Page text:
Ministry of Education of the Russian Federation
Chelyabinsk State University
Faculty of Linguistics
English Language Department
Student, group LTE 302
Instructor A.A. Elistratov
American Culture is a massive, variegated and changing topic. It is evident that part of the definition of contemporary American identity and significance in the world has emerged within the very hegemony of this culture and the English language and its diffusion worldwide since the Second World War. Whether talking about Hollywood cinema, suburbs, NATO or a pervasive commodity like Levi Strauss blue jeans, American culture has provided both a worldwide image of a complex “modern” society and a template for reactions to that society. Moreover,
American projections abroad have been shaped by American colonialism and war as well as decontextualized images from advertising, news, political rhetoric and mass media. In order to gain a basic understanding of the “Americanness” of products, practices and images, we should recognize the transformations that the American culture has undergone in different milieu worldwide. Yet, at the same time, American culture has changed in the past and is changing dynamically in the present through the very status of the United States as a meeting ground for world cultures, immigrant and transient. While globalism is a topic of intense current discussion, American culture has been global since the first encounters of Europeans and American Indians. One cannot talk of contemporary American culture and its language without recognizing African American music, Muslim education, Hasidic businessmen, Southeast-Asian temples, Hispanic urbanization, Japanese and British investments, European fashions, multiple varieties of Chinese food, and competing varieties of wine and whiskey as constitutive of a changing cultural landscape. Nor can one express these features without noting the conflicts erupting in diversity the polarizations and contests, as well as the renewals of American culture this same diversity can facilitate. It is prudent to conceive of American culture and its language as a process rather than as a finished object. The sheer size of the United States, its regional differences and the plethora of peoples and places within its boundaries also make any description and generalization a formidable task.
1. THE LAND, PEOPLE AND LANGUAGE
“Out of nothing comes language and
out of language comes nothing
The vastness and abundance of the land is one key to understanding the American character—how Americans think of themselves. Likewise, regional variations also help to define Americans’ understanding of themselves and introduce a certain diversity into what it means to be an American. Indeed, diversity is the hallmark of this nation of immigrants. The ethnic mix of the country has always been and remains ever in flux, and Americans have never been shy to borrow what they like from any ethnic group to the effect of redefining their culture and customs.
The hope for new lives with new opportunities that brought millions of immigrants to the United States in the past continues today. The United States has always been a nation of immigrants and therefore constantly in flux as new waves of migration from without and within redefined the American experience.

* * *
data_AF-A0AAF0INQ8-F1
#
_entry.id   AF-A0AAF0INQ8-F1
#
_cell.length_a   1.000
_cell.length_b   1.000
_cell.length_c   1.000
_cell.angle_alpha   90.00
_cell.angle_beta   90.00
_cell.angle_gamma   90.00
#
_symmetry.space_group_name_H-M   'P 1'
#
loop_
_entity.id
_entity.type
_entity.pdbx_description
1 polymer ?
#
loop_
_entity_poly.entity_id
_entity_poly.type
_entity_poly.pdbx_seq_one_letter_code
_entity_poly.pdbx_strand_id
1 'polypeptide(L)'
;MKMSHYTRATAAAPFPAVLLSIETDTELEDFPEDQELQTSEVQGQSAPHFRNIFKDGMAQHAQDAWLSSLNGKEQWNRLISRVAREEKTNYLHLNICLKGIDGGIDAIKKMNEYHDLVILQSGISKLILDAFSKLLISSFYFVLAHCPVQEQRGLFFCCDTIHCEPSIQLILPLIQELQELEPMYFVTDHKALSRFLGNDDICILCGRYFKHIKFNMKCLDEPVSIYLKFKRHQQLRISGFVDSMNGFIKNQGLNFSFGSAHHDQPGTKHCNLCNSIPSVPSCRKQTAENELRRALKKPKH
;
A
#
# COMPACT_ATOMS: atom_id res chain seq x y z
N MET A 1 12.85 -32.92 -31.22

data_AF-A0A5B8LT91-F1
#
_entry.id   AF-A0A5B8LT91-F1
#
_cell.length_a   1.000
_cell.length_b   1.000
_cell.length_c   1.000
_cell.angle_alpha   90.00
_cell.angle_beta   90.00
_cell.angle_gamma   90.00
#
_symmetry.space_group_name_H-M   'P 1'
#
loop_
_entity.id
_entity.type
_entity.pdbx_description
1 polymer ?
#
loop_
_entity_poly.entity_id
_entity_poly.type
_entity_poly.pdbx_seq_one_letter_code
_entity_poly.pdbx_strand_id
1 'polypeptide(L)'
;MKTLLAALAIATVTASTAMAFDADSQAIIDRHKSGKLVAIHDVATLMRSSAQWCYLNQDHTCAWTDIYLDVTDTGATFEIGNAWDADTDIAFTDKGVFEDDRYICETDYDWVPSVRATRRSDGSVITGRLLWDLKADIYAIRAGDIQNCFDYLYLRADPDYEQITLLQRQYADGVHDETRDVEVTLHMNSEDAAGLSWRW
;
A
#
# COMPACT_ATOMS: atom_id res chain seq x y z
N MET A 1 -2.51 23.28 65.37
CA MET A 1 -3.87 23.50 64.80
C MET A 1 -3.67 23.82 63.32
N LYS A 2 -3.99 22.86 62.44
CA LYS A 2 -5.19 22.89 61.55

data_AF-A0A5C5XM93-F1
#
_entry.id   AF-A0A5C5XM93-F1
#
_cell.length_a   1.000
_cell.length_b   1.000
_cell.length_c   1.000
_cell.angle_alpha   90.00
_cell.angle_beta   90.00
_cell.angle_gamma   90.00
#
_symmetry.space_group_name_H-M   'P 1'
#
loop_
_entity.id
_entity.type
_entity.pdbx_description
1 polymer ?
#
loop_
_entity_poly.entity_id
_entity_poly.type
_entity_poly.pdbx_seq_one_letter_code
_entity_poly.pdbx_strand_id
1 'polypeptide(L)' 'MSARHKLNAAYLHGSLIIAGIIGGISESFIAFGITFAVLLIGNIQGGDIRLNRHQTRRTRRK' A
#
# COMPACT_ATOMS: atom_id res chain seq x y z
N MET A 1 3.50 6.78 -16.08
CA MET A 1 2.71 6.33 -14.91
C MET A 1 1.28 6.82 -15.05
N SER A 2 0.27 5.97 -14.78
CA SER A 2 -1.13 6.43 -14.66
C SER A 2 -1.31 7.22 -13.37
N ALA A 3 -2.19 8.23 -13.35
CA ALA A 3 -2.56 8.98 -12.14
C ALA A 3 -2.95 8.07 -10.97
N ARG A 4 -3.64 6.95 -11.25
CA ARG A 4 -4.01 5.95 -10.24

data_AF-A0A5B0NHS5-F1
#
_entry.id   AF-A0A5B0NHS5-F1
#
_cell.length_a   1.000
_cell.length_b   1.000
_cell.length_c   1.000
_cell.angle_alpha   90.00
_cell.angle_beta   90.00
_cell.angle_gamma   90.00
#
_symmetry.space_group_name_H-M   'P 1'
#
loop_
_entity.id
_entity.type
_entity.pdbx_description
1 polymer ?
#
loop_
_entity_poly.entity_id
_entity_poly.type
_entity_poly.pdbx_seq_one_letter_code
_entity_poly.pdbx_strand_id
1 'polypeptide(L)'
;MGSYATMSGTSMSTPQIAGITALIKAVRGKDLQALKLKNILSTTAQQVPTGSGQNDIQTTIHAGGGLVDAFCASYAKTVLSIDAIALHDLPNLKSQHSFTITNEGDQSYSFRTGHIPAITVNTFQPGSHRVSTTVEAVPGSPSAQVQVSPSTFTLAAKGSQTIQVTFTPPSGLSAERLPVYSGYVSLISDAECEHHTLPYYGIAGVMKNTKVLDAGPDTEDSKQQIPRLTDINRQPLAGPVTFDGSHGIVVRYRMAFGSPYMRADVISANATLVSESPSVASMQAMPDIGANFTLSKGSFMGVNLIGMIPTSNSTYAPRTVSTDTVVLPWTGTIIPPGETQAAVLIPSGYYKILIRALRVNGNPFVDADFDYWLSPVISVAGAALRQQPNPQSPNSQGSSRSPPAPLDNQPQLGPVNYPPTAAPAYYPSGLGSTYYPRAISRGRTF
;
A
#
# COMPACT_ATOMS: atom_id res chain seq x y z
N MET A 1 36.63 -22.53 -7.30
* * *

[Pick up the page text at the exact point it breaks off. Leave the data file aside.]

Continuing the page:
The United States is not the world’s biggest country, but most Americans like to think it is and act as if it were. The richness and enormity of American resources make the nation virtually self-sufficient in many areas, most notably in agriculture. With such abundance, Americans are big consumers with generally high incomes, at least by world standards. “America the Beautiful,” a patriotic poem and song by Katharine Lee Bates, sums up Americans’ emotion about their homeland: from sea to shining sea, beautiful, spacious skies overlook majestic purple mountains, amber waves of grain, and fruited plains. God shed his light on the United States, where freedom spreads across the wilderness and alabaster cities gleam. When this song is sung at public functions, it is not unusual for the audience to sing along, many with tears in their eyes.
For many Americans, the land itself is proof of a good God and a Godgiven destiny. Space—unknown and often unowned—gave early Americans in real terms a sense of individual freedom. This is an old tradition. When the Reverend Roger Williams of the Church of England arrived in Boston in 1631, he refused to serve the church there because he no longer believed in an established church. In fact, he had become, like the Puritans he later served for a while, a separatist, but too radical even for them. He criticized the Massachusetts Bay Company—even questioning the legality of its charter—and the churches. He befriended the natives and supported their ownership of the land. Williams refused to quiet himself or retract his positions and was given six weeks to remove himself from Massachusetts. He found his own space, Providence, where he could practice his own ideas the way he wanted. Eight years later, he had a royal patent for a united Rhode Island. For colonists and the immigrants who followed them, the New World was freedom from the constraints of the Old World and freedom to pursue individual wants and desires in a bountiful land.
Americans believe that if something—anything—exists, it can probably be found in the United States. To them it seems that the United States have it all, from all the extremes and everything in between. And Americans take pride in this, be it fallacy or not. ............